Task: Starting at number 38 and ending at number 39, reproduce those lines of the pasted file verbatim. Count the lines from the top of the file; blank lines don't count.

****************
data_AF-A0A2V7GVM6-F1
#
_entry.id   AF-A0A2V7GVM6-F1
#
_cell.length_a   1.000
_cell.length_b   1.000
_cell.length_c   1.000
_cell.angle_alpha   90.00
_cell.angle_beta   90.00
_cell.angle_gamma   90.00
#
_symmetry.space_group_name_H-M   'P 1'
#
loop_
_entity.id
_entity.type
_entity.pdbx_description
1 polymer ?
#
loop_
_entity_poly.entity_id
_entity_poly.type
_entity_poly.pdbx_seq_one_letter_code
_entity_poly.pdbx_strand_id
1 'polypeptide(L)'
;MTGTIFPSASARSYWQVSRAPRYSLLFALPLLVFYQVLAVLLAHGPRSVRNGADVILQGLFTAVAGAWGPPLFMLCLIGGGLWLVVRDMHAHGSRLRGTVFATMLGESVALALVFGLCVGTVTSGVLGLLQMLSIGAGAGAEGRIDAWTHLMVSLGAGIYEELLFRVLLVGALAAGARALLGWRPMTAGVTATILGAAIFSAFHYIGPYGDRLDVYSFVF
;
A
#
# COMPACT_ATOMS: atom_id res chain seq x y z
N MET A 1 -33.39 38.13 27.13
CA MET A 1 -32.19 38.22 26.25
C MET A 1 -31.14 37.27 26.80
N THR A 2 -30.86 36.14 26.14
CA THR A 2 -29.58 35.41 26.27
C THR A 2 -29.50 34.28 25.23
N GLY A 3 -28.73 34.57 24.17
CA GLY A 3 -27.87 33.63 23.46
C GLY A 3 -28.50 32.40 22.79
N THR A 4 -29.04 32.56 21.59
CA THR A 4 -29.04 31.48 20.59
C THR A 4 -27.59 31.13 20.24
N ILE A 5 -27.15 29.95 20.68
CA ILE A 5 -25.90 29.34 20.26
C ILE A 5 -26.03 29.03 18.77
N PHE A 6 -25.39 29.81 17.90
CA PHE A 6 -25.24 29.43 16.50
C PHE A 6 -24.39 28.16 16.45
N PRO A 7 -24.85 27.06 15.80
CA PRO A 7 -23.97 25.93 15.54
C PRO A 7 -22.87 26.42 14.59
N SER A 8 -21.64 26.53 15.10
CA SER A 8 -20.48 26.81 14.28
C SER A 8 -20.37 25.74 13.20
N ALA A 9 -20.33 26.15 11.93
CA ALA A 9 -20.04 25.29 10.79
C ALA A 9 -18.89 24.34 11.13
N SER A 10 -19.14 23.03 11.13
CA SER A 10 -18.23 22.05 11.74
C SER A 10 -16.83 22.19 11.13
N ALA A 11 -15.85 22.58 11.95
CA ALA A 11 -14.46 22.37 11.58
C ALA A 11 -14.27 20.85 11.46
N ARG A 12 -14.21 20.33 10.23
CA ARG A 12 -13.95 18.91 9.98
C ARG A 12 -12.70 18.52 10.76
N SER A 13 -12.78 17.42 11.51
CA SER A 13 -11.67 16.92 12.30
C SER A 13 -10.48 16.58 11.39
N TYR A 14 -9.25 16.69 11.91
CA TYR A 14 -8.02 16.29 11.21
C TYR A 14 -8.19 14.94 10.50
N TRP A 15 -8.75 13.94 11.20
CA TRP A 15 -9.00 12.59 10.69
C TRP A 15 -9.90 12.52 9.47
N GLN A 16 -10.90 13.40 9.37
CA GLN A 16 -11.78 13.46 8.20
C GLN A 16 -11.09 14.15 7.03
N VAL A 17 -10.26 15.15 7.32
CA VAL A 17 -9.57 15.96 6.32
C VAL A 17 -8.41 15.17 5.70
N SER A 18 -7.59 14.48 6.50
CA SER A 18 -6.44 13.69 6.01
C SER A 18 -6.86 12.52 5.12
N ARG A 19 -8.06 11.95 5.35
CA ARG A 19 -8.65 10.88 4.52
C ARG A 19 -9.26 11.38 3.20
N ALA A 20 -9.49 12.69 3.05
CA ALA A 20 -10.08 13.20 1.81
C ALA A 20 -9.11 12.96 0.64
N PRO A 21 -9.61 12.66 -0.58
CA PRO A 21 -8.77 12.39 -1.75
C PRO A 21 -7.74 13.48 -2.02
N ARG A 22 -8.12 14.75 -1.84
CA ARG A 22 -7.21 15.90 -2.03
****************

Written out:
CA GLY A 3 -27.87 33.63 23.46
C GLY A 3 -28.50 32.40 22.79